Sheldrake Point Winery in Winter
It’s hard to believe that nearly four months have passed since harvest! One marker of time passing for the winery in winter is that we are now pouring our 2016 Dry Rosé in the Tasting Room. It is a welcome respite from gray days and blankets of snow, and a reminder that spring is on the way.
But we haven’t been hibernating while waiting to bottle rosé! We are still open, making wine, and welcoming visitors in the Tasting Room.
Sipping by the Fireside
Okay, we don’t actually have a fireplace, but it is quiet and cozy at the tasting bar, with great views of the snowy vineyard and an icy Cayuga Lake. Didn’t you know? The Sheldrake Point Winery Tasting Room is open year round!
Our Tasting Room is full most days during summer and fall; if you’ve visited between May and October, then you have enjoyed the hustle and bustle of the busy season. However, visiting the winery in winter is excellent for taking your time, learning about our wines, and getting the full Sheldrake Point story.
During these short winter days when the Tasting Room is quiet, I spend my time building relationships by connecting with local vendors to cross-promote our products. This kind of downtime and thoughtful planning is how we are able to suggest pairings with locally grown, made, and raised produce, cheeses, chocolates, and meats.
Winter Tasting Room Excursion
Since the Tasting Room is so quiet during the winter, we appreciate the visitors who do make it out to Sheldrake Point – these visitors tend to be really motivated to have set out on a mid-winter drive through the Finger Lakes! We like spending quality time with our visitors, and we have occasionally been known to pour a tad extra for an intimate group on quiet afternoons. (Just be sure to check our website or social media for weather-related closings.)
If you’re looking to chase away cabin fever this winter, why not gather up a like-minded group and come on out to Sheldrake Point? This is an excellent time of year for a unique, intimate tasting experience—let us know when you’re planning to visit.
Busy Time in the Winery
None of us would be here if not for the wine, right? Apart from harvest, this is our busiest time of year for winemaking, says Dave Breeden, Winemaker.
Winter is a “behind the curtain”-season where the literal fruits of our harvest become Sheldrake Point wine. On the production side, it is all about tasting, filtering, and bottling.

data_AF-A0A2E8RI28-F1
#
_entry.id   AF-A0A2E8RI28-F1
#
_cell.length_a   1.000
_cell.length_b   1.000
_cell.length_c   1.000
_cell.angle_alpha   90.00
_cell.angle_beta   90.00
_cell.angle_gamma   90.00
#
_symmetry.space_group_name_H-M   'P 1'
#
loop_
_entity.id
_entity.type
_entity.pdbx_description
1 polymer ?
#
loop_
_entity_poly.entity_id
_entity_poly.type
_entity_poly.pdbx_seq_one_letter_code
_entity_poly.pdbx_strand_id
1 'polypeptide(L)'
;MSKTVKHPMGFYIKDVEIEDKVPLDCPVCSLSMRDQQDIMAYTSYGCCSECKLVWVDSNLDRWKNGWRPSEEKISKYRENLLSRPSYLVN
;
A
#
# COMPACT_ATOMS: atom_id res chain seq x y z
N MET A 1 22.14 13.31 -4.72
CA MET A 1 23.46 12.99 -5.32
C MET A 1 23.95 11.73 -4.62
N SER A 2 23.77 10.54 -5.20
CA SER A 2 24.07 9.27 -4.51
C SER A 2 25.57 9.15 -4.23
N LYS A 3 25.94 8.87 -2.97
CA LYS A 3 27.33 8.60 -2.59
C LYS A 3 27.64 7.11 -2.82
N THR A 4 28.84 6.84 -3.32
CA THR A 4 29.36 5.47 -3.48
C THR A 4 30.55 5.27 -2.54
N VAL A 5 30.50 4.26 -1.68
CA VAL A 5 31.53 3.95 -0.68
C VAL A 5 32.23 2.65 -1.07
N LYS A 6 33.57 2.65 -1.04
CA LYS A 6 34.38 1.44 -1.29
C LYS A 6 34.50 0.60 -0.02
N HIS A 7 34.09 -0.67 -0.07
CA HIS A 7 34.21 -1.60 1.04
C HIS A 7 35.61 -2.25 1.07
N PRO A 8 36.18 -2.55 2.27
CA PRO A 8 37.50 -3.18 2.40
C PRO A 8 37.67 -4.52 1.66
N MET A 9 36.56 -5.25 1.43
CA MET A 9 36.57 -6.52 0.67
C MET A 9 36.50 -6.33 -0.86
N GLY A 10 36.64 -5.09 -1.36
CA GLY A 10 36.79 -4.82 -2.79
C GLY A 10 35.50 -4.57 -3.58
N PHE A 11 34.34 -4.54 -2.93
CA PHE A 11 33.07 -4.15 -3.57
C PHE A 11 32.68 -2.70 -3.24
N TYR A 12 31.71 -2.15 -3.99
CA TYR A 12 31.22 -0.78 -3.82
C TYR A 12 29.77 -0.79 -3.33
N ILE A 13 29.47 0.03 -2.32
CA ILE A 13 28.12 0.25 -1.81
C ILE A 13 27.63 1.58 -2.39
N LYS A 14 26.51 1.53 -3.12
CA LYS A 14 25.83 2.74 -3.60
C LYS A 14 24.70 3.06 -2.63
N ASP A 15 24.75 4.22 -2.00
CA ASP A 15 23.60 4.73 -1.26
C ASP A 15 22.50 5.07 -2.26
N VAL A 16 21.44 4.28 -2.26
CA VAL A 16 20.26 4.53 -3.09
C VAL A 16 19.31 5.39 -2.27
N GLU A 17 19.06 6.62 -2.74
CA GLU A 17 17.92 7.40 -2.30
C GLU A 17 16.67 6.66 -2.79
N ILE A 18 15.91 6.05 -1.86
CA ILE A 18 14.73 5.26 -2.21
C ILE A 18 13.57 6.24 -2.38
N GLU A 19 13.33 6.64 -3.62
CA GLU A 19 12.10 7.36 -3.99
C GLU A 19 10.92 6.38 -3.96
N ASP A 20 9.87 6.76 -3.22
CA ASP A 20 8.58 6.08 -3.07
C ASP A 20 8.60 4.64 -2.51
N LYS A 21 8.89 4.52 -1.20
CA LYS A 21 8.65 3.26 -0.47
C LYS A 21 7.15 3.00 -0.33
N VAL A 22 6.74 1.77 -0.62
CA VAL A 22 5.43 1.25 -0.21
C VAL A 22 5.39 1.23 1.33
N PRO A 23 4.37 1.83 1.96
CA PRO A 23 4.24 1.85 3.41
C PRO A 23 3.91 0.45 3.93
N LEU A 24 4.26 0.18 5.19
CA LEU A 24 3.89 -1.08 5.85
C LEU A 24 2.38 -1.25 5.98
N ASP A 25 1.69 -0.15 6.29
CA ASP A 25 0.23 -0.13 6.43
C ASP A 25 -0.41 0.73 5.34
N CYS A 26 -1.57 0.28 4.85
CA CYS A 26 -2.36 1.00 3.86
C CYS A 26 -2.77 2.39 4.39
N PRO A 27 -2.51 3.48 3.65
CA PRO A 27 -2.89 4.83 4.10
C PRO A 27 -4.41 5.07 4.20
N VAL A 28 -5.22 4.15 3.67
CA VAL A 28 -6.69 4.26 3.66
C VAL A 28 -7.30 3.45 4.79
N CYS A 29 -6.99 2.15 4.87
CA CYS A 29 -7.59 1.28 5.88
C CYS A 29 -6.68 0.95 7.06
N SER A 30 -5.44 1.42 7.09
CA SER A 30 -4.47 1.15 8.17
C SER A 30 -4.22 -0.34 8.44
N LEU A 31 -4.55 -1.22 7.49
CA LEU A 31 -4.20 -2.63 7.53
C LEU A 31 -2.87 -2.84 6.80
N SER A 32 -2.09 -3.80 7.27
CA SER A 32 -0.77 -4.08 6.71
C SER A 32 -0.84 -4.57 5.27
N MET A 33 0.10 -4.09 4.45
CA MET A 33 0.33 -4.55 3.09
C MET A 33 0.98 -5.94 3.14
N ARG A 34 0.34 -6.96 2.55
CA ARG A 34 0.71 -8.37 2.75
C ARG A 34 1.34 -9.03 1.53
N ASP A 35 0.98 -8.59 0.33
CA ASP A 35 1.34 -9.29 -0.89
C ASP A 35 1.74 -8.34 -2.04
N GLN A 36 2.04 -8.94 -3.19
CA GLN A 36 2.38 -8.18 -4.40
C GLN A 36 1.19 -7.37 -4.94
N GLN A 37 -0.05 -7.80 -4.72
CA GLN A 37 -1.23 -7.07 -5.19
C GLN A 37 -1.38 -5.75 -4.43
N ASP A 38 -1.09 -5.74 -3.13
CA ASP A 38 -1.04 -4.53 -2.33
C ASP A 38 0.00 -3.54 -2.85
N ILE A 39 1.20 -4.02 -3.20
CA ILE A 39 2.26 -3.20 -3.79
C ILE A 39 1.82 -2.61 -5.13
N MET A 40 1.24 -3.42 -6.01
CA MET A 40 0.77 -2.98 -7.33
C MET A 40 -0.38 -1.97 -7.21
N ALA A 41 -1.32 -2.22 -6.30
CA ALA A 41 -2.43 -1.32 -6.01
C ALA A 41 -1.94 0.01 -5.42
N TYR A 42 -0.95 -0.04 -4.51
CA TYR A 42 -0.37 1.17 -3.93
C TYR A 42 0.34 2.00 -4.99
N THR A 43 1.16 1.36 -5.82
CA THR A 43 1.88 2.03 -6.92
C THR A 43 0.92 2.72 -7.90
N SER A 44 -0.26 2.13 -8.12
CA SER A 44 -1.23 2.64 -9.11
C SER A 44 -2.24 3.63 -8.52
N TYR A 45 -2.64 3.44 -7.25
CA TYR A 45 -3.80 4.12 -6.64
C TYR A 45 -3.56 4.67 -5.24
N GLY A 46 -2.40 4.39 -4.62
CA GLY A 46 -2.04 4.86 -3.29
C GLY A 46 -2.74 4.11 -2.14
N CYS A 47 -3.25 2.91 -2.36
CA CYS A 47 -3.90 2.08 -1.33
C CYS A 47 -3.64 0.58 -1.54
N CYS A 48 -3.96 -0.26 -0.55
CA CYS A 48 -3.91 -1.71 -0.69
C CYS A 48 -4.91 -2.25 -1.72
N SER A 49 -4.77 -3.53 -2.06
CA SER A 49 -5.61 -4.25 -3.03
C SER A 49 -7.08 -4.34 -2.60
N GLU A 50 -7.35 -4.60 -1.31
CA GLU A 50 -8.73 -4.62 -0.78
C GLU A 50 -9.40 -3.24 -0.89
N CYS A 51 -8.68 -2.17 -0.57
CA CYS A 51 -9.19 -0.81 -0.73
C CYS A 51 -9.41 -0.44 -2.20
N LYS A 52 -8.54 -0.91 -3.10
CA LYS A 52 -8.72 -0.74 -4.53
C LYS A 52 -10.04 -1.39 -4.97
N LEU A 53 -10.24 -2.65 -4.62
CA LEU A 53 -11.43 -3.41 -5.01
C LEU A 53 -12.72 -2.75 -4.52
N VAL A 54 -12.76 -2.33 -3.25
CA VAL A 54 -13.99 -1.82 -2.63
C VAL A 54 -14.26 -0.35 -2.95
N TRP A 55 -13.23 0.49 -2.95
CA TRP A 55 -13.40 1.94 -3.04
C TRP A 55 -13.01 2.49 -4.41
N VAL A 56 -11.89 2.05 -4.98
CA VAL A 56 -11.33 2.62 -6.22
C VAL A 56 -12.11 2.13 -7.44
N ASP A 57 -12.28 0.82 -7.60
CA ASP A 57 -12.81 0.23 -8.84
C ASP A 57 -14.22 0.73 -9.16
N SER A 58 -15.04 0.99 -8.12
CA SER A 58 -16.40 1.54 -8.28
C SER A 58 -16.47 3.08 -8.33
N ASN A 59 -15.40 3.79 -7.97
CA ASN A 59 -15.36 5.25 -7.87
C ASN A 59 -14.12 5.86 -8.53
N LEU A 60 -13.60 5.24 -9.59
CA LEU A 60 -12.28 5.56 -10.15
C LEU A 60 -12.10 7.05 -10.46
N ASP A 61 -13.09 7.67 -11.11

Our Dry Rosé, for example, goes through multiple filtrations, given that we just harvested it a few months ago and we need to release it to our distributors in the first week of February. And since rosé doesn’t tend to suffer from bottleshock, a temporary condition just after bottling where the flavors of a wine can become muted or disjointed, we can bottle and immediately send it out the door.
Bottling takes four people; usually Dave and Kimberly White, Assistant Winemaker, plus whoever wants to come in from the vineyard to spend a day inside (read as: spend the day warm). Sometimes we come up from the Tasting Room if it is one of those really quiet days, or Kyle and Whitney will take a break from their regular work, or winery owners Chuck and Fran volunteer to bottle.
It is a neat experience for all of us to see a wine finally bottled, although Dave reminds me that it is assembly-line work, with 2 cases per minute whizzing by for 8 hours. And, if we get overwhelmed, we can’t stuff the wine in our mouths, Lucille Ball-style!
Winter is all About Winemaking Logistics:
- What to blend for bottling later in the season. We do this by constantly tasting to make sure the wine is developing the way it is supposed to. For example, tasting through 26 barrels of Gamay in a day!
- Ordering bottles, corks, capsules, and labels (which take 6-8 weeks to come in). When we decide on a blend, for example, by law we need to have precise information on our labels about the components of the blend.
- What to bottle next, based on what we are running out of. Dave has to closely monitor our supply and start bottling 8 weeks before we run out. It is all about timing—the wine needs time to recover from bottling (to avoid bottleshock), and we don’t want to lose shelf space with our retailers.
- Paperwork! As the winemaker, Dave is responsible for completing a handful of federal and state tax forms each month, totaling 50 tax forms each year. He has also spent this winter making sure Chuck has all the information he needs to cost our wine and maintain inventory.
- Build relationships. Keeping up Sheldrake Point’s profile in the wine industry is an important part of Dave’s time expenditure. He might help host a wine tasting with a neighboring winery, get to know a winemaker from Israel, meet with a label salesman, and work with a Cornell professor studying our wild ferment operation. Just this winter, Dave took time to prepare a PowerPoint presentation on rosé production, which he delivered at the keynote address at the Illinois Grape Growers and Vintners Association meeting.
The Finger Lakes Region is Lovely this Time of Year
Sheldrake Point Winery and many of our winemaking neighbors are still open in winter, as are local restaurants, nature trails, theatre, and other attractions.
Embrace winter, and come see us at the winery!